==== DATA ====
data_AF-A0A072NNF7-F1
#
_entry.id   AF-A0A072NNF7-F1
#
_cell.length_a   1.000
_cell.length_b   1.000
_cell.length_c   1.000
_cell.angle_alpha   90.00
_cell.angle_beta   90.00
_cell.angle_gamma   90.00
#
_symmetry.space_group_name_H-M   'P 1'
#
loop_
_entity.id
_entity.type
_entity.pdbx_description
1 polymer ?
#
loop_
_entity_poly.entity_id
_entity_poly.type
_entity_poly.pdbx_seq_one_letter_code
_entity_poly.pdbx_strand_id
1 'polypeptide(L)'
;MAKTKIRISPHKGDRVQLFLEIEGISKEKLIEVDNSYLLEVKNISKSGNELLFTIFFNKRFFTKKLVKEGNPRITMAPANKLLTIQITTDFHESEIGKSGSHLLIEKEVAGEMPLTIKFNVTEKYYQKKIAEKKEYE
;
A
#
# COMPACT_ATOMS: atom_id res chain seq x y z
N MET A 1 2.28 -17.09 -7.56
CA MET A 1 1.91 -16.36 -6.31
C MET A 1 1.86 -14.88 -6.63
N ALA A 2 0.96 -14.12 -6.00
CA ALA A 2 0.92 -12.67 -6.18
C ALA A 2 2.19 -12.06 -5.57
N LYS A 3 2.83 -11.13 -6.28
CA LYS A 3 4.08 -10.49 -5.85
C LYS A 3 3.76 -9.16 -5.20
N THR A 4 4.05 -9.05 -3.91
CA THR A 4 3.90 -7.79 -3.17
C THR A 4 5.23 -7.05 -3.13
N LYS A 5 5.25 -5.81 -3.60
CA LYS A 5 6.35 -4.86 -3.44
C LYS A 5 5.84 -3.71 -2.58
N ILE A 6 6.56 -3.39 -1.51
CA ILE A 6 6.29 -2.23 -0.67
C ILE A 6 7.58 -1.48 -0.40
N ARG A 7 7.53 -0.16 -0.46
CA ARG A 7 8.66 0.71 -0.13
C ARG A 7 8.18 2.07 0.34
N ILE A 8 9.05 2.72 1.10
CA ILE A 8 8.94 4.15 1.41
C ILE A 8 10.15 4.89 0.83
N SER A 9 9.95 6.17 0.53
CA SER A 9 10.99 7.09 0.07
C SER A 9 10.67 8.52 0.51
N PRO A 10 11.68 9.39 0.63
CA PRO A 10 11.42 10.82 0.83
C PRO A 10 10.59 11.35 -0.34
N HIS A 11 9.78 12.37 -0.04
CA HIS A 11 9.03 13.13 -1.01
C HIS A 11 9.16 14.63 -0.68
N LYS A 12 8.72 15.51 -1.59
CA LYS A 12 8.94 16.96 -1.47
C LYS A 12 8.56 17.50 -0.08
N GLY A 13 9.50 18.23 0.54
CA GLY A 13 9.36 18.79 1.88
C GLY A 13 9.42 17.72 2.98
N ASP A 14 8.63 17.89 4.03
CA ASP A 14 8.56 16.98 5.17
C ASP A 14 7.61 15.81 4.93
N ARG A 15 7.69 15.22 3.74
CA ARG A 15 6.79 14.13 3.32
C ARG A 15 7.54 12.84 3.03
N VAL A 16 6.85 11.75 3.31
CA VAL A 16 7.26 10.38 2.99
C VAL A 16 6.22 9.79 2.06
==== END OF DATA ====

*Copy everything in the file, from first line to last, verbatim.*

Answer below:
data_AF-A0A072NNF7-F1
#
_entry.id   AF-A0A072NNF7-F1
#
_cell.length_a   1.000
_cell.length_b   1.000
_cell.length_c   1.000
_cell.angle_alpha   90.00
_cell.angle_beta   90.00
_cell.angle_gamma   90.00
#
_symmetry.space_group_name_H-M   'P 1'
#
loop_
_entity.id
_entity.type
_entity.pdbx_description
1 polymer ?
#
loop_
_entity_poly.entity_id
_entity_poly.type
_entity_poly.pdbx_seq_one_letter_code
_entity_poly.pdbx_strand_id
1 'polypeptide(L)'
;MAKTKIRISPHKGDRVQLFLEIEGISKEKLIEVDNSYLLEVKNISKSGNELLFTIFFNKRFFTKKLVKEGNPRITMAPANKLLTIQITTDFHESEIGKSGSHLLIEKEVAGEMPLTIKFNVTEKYYQKKIAEKKEYE
;
A
#
# COMPACT_ATOMS: atom_id res chain seq x y z
N MET A 1 2.28 -17.09 -7.56
CA MET A 1 1.91 -16.36 -6.31
C MET A 1 1.86 -14.88 -6.63
N ALA A 2 0.96 -14.12 -6.00
CA ALA A 2 0.92 -12.67 -6.18
C ALA A 2 2.19 -12.06 -5.57
N LYS A 3 2.83 -11.13 -6.28
CA LYS A 3 4.08 -10.49 -5.85
C LYS A 3 3.76 -9.16 -5.20
N THR A 4 4.05 -9.05 -3.91
CA THR A 4 3.90 -7.79 -3.17
C THR A 4 5.23 -7.05 -3.13
N LYS A 5 5.25 -5.81 -3.60
CA LYS A 5 6.35 -4.86 -3.44
C LYS A 5 5.84 -3.71 -2.58
N ILE A 6 6.56 -3.39 -1.51
CA ILE A 6 6.29 -2.23 -0.67
C ILE A 6 7.58 -1.48 -0.40
N ARG A 7 7.53 -0.16 -0.46
CA ARG A 7 8.66 0.71 -0.13
C ARG A 7 8.18 2.07 0.34
N ILE A 8 9.05 2.72 1.10
CA ILE A 8 8.94 4.15 1.41
C ILE A 8 10.15 4.89 0.83
N SER A 9 9.95 6.17 0.53
CA SER A 9 10.99 7.09 0.07
C SER A 9 10.67 8.52 0.51
N PRO A 10 11.68 9.39 0.63
CA PRO A 10 11.42 10.82 0.83
C PRO A 10 10.59 11.35 -0.34
N HIS A 11 9.78 12.37 -0.04
CA HIS A 11 9.03 13.13 -1.01
C HIS A 11 9.16 14.63 -0.68
N LYS A 12 8.72 15.51 -1.59
CA LYS A 12 8.94 16.96 -1.47
C LYS A 12 8.56 17.50 -0.08
N GLY A 13 9.50 18.23 0.54
CA GLY A 13 9.36 18.79 1.88
C GLY A 13 9.42 17.72 2.98
N ASP A 14 8.63 17.89 4.03
CA ASP A 14 8.56 16.98 5.17
C ASP A 14 7.61 15.81 4.93
N ARG A 15 7.69 15.22 3.74
CA ARG A 15 6.79 14.13 3.32
C ARG A 15 7.54 12.84 3.03
N VAL A 16 6.85 11.75 3.31
CA VAL A 16 7.26 10.38 2.99
C VAL A 16 6.22 9.79 2.06